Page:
I set up the chokes in the 80's so the drawings I made of the parts are long gone.

I couldn’t tie the stock choke levers directly together with a cable because the cable would interfere with the throttle linkage at full throttle. So, I extended the choke levers on the carbs to get them high enough to clear everything. I tied the 3 chokes together with a stainless rod and made 3 small metal blocks that act as clamps on the rod and also pivot points for the choke lever extensions. To reverse the action of the cable, I tied the outer jacket of the cable to the moving arm with a metal sleeve with a set screw that clamped the cable jacket and acted as the pivot and then attached the center cable to a fixed point on the carb.

I hope you can look at the pictures and make sense of what I have written.

If anyone is really it interested I will take it apart and take more pictures and make some measurements.

post-20445-14150822951354_thumb.jpg

post-20445-14150822952331_thumb.jpg

post-20445-14150822952925_thumb.jpg

Link to post
Share on other sites

Hi Dr 240Z. it looks like the way you set up the chokes is actual a lot less moving parts. one pivot and a few cables. Looks like a nice setup to me.

Thanks for the good words. I love to work on my Z and I really enjoy this web site. I have learned a lot from everyones input and hope I have helped one or two people too. Theres alot of old cars here on Long island but not many 240Z's. This site has been great help.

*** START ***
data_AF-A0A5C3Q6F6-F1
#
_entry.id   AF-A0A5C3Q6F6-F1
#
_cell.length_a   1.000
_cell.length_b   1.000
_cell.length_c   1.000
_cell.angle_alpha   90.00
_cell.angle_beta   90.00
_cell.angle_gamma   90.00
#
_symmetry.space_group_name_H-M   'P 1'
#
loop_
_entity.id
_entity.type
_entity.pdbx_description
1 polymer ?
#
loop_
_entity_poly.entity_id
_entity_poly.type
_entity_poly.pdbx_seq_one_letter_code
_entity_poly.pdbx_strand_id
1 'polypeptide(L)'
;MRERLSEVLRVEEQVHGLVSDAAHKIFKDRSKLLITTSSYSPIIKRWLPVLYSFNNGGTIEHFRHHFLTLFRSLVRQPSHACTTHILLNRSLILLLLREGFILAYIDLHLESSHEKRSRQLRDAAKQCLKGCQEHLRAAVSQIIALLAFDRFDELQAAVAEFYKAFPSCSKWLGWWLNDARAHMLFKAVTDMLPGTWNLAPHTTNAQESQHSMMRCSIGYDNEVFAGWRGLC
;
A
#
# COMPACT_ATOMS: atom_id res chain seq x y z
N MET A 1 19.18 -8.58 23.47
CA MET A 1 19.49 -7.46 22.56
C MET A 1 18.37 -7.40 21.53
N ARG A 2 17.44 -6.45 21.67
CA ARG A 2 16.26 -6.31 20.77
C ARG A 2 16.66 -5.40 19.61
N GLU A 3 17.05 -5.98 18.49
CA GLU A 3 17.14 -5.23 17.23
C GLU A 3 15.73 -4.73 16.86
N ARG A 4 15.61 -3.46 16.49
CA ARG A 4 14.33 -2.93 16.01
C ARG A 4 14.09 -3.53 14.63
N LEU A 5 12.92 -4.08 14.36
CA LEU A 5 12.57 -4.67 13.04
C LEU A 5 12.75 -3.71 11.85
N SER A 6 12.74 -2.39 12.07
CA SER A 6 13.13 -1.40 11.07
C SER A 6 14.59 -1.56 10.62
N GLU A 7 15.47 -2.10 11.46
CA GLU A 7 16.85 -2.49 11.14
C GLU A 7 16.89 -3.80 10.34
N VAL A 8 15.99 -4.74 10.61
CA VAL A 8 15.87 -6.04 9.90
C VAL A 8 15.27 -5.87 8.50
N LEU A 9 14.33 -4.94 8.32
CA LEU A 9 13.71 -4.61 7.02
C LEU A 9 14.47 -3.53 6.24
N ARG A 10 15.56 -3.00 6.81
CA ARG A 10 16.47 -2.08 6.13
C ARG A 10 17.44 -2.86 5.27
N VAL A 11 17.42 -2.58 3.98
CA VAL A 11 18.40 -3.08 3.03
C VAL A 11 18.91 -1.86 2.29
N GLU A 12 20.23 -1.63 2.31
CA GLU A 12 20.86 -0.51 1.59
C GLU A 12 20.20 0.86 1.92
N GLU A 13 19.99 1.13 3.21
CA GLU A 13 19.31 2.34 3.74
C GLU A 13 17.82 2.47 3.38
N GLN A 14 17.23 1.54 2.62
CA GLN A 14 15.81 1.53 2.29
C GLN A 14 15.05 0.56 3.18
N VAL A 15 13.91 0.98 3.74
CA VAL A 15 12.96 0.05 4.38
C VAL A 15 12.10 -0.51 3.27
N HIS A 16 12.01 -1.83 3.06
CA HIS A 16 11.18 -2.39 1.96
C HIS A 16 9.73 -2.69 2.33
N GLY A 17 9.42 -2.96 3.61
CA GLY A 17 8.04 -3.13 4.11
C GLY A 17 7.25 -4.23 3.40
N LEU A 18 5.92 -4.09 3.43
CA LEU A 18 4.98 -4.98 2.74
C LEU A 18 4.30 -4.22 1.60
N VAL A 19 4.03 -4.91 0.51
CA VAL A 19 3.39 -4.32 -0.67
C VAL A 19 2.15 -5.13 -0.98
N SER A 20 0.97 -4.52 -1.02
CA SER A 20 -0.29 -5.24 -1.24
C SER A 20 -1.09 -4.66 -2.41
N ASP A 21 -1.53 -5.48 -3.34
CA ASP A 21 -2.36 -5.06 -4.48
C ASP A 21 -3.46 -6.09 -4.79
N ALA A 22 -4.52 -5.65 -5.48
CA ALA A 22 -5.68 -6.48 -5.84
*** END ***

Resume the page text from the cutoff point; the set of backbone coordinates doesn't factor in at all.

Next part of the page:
Link to post
Share on other sites
  • 4 weeks later...

Hi,

Although it's only +2 F degrees here this morning I'm getting anxious to crank up the L30. It's been hibernating inside my garage at 55F since October and I'm not very sure just how to go about this. I don't want to flood it.

My question is: With the triple Weber DCOE 40's do you suggest I use my recently installed choke or do I pump the throttle a few times before rolling it over?

Cheers,

George

Link to post
Share on other sites

Activate the starter circuits (aka choke). Pump the pedal two or three times, and turn the key. Once the idle stabilizes (10-20 seconds after it fires) roll the choke lever off slowly, and keep it alive with the pedal. If it floods, crank it over with the choke lever off, and the pedal wide open.

Link to post
Share on other sites

I would pull plugs and crank for ~ 1min. or more to get oil into the head and to build up oil pressure.

Look through the oil cap hole for oil lubricating the cam.

Start engine only after oil is reaching the head.

Edited by Blue
Link to post
Share on other sites
I would pull plugs and crank for ~ 1min. or more to get oil into the head and to build up oil pressure.

Look through the oil cap hole for oil lubricating the cam.

Start engine only after oil is reaching the head.

Thanks, Blue...I'll do that...won't be today as the temp and wind combine to make a chill factor of only +2F...seems like January!

Cheers,

George

Link to post
Share on other sites

Create an account or sign in to comment

You need to be a member in order to leave a comment

Create an account

Sign up for a new account in our community. It's easy!

Register a new account

Sign in

Already have an account? Sign in here.

Sign In Now
×
×
  • Create New...

Important Information

By using this site, you agree to our Privacy Policy and Guidelines. We have placed cookies on your device to help make this website better. You can adjust your cookie settings, otherwise we'll assume you're okay to continue.